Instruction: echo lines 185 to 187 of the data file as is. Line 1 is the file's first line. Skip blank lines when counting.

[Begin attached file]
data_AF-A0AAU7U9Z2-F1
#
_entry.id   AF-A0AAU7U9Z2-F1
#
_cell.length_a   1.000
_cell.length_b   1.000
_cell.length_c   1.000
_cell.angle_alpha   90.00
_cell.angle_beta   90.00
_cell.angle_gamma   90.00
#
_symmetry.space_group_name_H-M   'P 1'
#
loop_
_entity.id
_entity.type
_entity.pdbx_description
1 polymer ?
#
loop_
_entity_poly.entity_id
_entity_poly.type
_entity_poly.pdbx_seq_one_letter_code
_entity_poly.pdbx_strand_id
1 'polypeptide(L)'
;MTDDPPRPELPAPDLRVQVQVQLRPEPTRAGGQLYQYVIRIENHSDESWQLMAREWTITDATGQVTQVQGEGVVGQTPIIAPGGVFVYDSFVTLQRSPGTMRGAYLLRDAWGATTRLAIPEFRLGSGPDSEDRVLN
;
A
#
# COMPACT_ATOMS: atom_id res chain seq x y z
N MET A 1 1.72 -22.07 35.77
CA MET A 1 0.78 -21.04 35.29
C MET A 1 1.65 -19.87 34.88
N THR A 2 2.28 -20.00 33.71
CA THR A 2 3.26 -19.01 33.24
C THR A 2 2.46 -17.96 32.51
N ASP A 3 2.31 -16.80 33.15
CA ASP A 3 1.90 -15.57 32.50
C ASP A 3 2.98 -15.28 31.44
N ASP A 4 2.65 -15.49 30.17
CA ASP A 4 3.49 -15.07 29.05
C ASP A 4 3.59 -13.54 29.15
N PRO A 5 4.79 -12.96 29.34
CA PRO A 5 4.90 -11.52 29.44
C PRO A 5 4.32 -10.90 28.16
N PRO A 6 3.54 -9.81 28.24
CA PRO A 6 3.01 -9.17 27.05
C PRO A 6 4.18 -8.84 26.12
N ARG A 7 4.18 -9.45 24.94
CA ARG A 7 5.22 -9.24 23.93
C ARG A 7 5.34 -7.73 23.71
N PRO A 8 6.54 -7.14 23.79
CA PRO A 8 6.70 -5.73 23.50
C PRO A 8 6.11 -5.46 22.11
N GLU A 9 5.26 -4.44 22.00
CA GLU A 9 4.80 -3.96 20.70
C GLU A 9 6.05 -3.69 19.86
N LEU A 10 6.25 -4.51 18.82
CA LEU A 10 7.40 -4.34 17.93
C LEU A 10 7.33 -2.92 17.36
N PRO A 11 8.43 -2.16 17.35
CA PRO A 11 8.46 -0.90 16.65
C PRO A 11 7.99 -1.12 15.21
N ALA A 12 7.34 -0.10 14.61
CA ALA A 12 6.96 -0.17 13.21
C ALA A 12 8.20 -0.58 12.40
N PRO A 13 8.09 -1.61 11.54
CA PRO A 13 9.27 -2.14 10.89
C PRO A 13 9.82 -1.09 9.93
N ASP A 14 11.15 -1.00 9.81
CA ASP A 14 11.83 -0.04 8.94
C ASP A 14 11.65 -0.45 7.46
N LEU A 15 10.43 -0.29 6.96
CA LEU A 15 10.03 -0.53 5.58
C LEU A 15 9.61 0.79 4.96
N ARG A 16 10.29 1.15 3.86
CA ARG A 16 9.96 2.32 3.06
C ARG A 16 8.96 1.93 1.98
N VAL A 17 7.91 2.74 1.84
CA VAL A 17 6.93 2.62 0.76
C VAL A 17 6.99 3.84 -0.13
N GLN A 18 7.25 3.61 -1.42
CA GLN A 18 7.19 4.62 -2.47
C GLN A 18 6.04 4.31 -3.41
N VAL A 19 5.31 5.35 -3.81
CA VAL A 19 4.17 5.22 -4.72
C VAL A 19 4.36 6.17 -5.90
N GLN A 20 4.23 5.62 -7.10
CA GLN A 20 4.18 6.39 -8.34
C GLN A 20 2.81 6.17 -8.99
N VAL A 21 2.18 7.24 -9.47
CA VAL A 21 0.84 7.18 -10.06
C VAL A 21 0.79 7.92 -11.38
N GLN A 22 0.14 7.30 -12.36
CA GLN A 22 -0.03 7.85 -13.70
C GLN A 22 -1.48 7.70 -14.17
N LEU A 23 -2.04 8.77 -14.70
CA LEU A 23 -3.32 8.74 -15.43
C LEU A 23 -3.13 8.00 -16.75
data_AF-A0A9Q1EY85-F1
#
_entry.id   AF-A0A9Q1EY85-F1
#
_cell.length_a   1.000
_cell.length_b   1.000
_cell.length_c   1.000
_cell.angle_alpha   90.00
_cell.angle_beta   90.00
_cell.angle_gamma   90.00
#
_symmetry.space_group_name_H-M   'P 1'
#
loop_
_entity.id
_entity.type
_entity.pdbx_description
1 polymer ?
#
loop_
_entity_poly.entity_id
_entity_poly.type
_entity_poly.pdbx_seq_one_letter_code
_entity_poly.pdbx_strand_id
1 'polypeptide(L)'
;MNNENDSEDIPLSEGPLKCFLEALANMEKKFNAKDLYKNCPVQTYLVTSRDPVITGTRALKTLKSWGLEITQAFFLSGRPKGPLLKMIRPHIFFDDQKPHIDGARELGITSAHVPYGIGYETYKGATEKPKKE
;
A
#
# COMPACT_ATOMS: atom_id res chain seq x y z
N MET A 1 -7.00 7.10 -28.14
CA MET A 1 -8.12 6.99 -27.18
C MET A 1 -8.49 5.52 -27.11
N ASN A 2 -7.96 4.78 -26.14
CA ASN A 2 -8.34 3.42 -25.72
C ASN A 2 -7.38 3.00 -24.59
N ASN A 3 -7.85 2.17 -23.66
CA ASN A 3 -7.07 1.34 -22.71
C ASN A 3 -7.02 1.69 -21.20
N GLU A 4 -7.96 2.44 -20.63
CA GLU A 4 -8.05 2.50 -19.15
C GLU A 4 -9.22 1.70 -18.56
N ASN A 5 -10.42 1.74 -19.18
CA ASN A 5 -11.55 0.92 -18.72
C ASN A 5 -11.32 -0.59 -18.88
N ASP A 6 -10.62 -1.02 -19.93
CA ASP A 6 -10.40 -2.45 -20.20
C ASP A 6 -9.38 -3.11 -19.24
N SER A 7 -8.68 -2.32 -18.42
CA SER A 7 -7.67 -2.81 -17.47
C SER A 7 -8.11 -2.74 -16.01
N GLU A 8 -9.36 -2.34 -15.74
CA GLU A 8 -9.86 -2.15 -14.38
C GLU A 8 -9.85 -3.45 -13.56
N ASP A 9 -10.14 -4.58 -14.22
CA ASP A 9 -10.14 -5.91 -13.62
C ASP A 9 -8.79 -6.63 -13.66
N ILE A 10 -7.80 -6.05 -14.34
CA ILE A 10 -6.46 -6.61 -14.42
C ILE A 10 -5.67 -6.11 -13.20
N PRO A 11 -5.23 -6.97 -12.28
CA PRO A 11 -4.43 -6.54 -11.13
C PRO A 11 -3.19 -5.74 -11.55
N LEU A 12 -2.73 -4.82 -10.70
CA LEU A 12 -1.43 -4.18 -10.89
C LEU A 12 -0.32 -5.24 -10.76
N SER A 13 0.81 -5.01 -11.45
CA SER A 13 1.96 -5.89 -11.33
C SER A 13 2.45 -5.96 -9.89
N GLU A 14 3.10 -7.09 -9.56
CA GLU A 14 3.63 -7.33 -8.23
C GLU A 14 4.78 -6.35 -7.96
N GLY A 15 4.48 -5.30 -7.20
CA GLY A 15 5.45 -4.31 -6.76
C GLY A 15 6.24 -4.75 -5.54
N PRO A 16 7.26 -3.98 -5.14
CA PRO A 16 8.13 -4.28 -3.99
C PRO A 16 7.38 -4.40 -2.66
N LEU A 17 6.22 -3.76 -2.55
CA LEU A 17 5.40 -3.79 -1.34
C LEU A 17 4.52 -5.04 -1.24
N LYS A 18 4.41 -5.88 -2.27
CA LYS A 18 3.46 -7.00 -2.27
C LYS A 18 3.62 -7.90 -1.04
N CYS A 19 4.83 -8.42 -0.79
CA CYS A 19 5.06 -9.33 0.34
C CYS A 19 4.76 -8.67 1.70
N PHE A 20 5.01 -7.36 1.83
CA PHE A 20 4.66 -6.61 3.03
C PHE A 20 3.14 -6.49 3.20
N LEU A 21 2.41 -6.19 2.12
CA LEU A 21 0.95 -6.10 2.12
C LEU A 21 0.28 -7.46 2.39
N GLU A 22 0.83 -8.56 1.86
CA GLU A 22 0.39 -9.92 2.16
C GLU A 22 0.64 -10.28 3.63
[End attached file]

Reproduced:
CA CYS A 19 5.06 -9.33 0.34
C CYS A 19 4.76 -8.67 1.70
N PHE A 20 5.01 -7.36 1.83